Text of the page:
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The One Who Rose

Before we come to the examination of what Scripture teaches as to the resurrection of Jesus Christ, it will be helpful to investigate these few questions: Who is it that could rise from the dead? What kind of life was it that deserved such a distinction? What kind of death would be worthy of resurrection?

The Person of the Lord Jesus Christ

There must be something arrestingly special in the person of our Lord, seeing His death and resurrection carry with them such far-reaching results. The apostle John, in his wonderful Gospel, presents Christ as the only begotten Son of God—One eternally with the Father and the Holy Spirit in the unity of the Godhead. Scripture declares that He always was the eternal Word, and that "the Word was with God, and the Word was God" (John 1:1). And this divine Person became Man. We read these amazing words: "And the Word was made flesh, and dwelt among us, (and we beheld His glory, the glory as of the only begotten of the Father,) full of grace and truth" (John 1:14).

With such a Person before us, everything relating to Him is lifted far above that which marks the greatest and wisest of men. We are then not surprised that He was characterized by actions perfectly unique to Himself, and by events quite unlike those which happen to mere men.

The Character of Our Lord's Life

Why did the eternal Son of God become man? It was because by man sin entered the world, and death by sin (Romans 5:18). Therefore the penalty of sin must be met by man in order to give a holy God a righteous basis for offering forgiveness of sins and eternal life to guilty men. What man was sufficient for this? It is evident that the one who could do this must himself be perfectly sinless, one upon whom death had no claim. And who could fulfill that condition? Look at the billions of the human race. Is there one untainted by sin? All are sinners. All need a Saviour.

Only one could come forward, and this was the sinless One, the Lord Jesus Christ, the Eternal Son of the Father. He alone could say, "Lo, I come (in the volume of the book it is written of me,) to do thy will, O God" (Hebrews 10:7). This is why our Lord became man, yet never ceased to be the eternal Son in the unity of the Godhead with the Father and the Holy Spirit.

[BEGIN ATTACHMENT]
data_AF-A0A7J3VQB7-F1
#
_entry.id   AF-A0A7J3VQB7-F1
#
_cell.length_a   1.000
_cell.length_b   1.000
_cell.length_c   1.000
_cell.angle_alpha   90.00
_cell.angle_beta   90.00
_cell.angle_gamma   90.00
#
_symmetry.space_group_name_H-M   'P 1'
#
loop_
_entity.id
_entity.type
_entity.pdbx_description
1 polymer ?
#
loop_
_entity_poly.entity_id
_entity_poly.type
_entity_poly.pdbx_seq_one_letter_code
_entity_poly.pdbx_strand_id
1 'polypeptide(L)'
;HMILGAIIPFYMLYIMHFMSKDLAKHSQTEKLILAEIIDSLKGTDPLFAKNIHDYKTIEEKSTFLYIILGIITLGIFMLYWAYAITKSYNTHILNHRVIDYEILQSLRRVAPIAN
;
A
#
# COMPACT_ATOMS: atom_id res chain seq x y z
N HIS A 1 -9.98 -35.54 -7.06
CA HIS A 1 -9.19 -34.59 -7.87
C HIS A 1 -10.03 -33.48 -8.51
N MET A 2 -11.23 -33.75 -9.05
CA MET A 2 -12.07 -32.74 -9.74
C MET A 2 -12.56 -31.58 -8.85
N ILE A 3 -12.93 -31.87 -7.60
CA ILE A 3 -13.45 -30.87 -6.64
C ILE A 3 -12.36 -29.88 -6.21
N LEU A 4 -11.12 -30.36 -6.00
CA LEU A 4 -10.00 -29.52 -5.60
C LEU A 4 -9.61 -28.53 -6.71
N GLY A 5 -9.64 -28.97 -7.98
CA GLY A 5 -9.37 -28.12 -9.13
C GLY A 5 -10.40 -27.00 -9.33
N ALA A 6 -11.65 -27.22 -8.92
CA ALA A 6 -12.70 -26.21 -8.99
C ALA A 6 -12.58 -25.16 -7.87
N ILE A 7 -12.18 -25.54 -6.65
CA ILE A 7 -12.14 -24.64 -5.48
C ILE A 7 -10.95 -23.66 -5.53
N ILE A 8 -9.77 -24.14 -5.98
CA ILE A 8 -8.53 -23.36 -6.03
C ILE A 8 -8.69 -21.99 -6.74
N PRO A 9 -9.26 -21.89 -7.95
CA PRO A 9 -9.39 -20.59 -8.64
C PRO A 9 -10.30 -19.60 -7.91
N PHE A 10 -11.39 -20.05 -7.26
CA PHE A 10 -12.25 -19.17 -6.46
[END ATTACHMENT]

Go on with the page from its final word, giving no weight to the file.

With delight we follow the record of His blameless, spotless life as man on this earth. He was perfectly sinless in thought, word and deed. He never apologized for anything He said or did, for there was never the slightest occasion for His doing so. In fullest measure He always did His Father's will. Here was One, the likes of whom before or since the world has never seen. He was "God manifest in the flesh" (1 Timothy 3:16).

The Character of Our Lord's Death

And yet it was not His holy, blameless life that could save men from the penalty of their sins. True, if He had not been sinless, He could not have been the sinner's Saviour, yet Scripture teaches us that it is not His life that saves, but His atoning death, and that alone. Scripture lays great emphasis on our Lord's death. "The blood of Jesus Christ His Son cleanseth us from all sin" (1 John 1:7).

All the righteous judgment of God against sin was poured out on the holy Person of our Lord Jesus Christ as He hung upon the Cross of Calvary. There and only there did mercy and truth meet; there and only there did righteousness and peace kiss each other (Psalm 85:10). There only could be heard the triumphant cry, "It is finished" (John 19:30).

God can now righteously and gloriously forgive any sinner who truly puts his trust in the Saviour, who "once suffered for sins, the Just for the unjust, that He might bring us to God" (1 Peter 3:18). We miss the whole point of the Scriptures if we fail to realize that our Lord's death was absolutely unique, that no one has ever died a death like His, that no other person could experience such a death, for it was an atoning, sacrificial death, absolutely necessary for man's salvation. May these few thoughts as to the Person who rose from the dead lead the reader to a fuller understanding of the significance of His resurrection.

—A.J. Pollock